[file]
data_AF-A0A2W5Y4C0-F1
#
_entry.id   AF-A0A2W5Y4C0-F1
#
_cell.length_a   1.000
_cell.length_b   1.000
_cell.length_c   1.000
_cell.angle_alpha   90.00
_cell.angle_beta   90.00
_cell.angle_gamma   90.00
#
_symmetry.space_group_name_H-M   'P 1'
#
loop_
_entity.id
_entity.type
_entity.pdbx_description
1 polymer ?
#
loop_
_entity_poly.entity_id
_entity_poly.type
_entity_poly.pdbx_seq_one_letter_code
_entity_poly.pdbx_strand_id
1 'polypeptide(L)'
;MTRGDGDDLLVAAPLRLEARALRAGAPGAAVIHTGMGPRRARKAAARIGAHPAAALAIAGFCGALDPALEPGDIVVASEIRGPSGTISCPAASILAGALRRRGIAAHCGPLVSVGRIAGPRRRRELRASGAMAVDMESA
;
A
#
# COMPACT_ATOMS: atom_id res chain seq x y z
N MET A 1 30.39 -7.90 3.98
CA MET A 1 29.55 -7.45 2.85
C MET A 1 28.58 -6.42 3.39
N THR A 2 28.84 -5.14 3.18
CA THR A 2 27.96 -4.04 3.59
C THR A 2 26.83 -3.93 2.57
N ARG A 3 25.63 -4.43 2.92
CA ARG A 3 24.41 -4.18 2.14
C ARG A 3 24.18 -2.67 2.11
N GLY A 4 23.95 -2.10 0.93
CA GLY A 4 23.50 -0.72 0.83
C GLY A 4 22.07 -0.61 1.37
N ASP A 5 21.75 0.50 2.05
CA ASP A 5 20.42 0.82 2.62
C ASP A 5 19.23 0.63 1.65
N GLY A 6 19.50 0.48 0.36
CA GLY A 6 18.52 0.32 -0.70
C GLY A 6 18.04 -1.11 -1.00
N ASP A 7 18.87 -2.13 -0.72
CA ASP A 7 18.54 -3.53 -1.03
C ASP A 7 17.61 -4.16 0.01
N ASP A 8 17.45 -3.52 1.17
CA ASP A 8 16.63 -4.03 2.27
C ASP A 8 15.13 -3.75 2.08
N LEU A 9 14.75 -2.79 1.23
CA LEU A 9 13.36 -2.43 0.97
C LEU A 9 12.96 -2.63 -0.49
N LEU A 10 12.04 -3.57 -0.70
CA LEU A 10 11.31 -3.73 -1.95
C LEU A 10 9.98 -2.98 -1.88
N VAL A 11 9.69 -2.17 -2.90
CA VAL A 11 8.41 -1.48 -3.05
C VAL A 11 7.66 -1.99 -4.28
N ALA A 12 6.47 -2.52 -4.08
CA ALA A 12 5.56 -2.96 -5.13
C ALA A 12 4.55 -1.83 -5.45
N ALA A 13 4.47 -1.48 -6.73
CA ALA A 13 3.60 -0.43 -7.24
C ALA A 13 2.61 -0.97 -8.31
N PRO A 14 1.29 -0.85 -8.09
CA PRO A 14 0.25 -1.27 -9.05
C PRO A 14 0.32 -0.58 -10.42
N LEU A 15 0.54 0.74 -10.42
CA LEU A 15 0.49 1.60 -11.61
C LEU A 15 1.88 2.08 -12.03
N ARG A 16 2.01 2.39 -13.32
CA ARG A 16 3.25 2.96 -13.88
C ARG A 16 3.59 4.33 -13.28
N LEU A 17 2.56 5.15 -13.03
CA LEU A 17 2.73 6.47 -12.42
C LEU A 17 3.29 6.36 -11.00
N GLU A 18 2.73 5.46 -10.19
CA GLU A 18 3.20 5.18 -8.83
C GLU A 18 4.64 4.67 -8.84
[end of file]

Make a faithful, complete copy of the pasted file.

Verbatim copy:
data_AF-A0A2W5Y4C0-F1
#
_entry.id   AF-A0A2W5Y4C0-F1
#
_cell.length_a   1.000
_cell.length_b   1.000
_cell.length_c   1.000
_cell.angle_alpha   90.00
_cell.angle_beta   90.00
_cell.angle_gamma   90.00
#
_symmetry.space_group_name_H-M   'P 1'
#
loop_
_entity.id
_entity.type
_entity.pdbx_description
1 polymer ?
#
loop_
_entity_poly.entity_id
_entity_poly.type
_entity_poly.pdbx_seq_one_letter_code
_entity_poly.pdbx_strand_id
1 'polypeptide(L)'
;MTRGDGDDLLVAAPLRLEARALRAGAPGAAVIHTGMGPRRARKAAARIGAHPAAALAIAGFCGALDPALEPGDIVVASEIRGPSGTISCPAASILAGALRRRGIAAHCGPLVSVGRIAGPRRRRELRASGAMAVDMESA
;
A
#
# COMPACT_ATOMS: atom_id res chain seq x y z
N MET A 1 30.39 -7.90 3.98
CA MET A 1 29.55 -7.45 2.85
C MET A 1 28.58 -6.42 3.39
N THR A 2 28.84 -5.14 3.18
CA THR A 2 27.96 -4.04 3.59
C THR A 2 26.83 -3.93 2.57
N ARG A 3 25.63 -4.43 2.92
CA ARG A 3 24.41 -4.18 2.14
C ARG A 3 24.18 -2.67 2.11
N GLY A 4 23.95 -2.10 0.93
CA GLY A 4 23.50 -0.72 0.83
C GLY A 4 22.07 -0.61 1.37
N ASP A 5 21.75 0.50 2.05
CA ASP A 5 20.42 0.82 2.62
C ASP A 5 19.23 0.63 1.65
N GLY A 6 19.50 0.48 0.36
CA GLY A 6 18.52 0.32 -0.70
C GLY A 6 18.04 -1.11 -1.00
N ASP A 7 18.87 -2.13 -0.72
CA ASP A 7 18.54 -3.53 -1.03
C ASP A 7 17.61 -4.16 0.01
N ASP A 8 17.45 -3.52 1.17
CA ASP A 8 16.63 -4.03 2.27
C ASP A 8 15.13 -3.75 2.08
N LEU A 9 14.75 -2.79 1.23
CA LEU A 9 13.36 -2.43 0.97
C LEU A 9 12.96 -2.63 -0.49
N LEU A 10 12.04 -3.57 -0.70
CA LEU A 10 11.31 -3.73 -1.95
C LEU A 10 9.98 -2.98 -1.88
N VAL A 11 9.69 -2.17 -2.90
CA VAL A 11 8.41 -1.48 -3.05
C VAL A 11 7.66 -1.99 -4.28
N ALA A 12 6.47 -2.52 -4.08
CA ALA A 12 5.56 -2.96 -5.13
C ALA A 12 4.55 -1.83 -5.45
N ALA A 13 4.47 -1.48 -6.73
CA ALA A 13 3.60 -0.43 -7.24
C ALA A 13 2.61 -0.97 -8.31
N PRO A 14 1.29 -0.85 -8.09
CA PRO A 14 0.25 -1.27 -9.05
C PRO A 14 0.32 -0.58 -10.42
N LEU A 15 0.54 0.74 -10.42
CA LEU A 15 0.49 1.60 -11.61
C LEU A 15 1.88 2.08 -12.03
N ARG A 16 2.01 2.39 -13.32
CA ARG A 16 3.25 2.96 -13.88
C ARG A 16 3.59 4.33 -13.28
N LEU A 17 2.56 5.15 -13.03
CA LEU A 17 2.73 6.47 -12.42
C LEU A 17 3.29 6.36 -11.00
N GLU A 18 2.73 5.46 -10.19
CA GLU A 18 3.20 5.18 -8.83
C GLU A 18 4.64 4.67 -8.84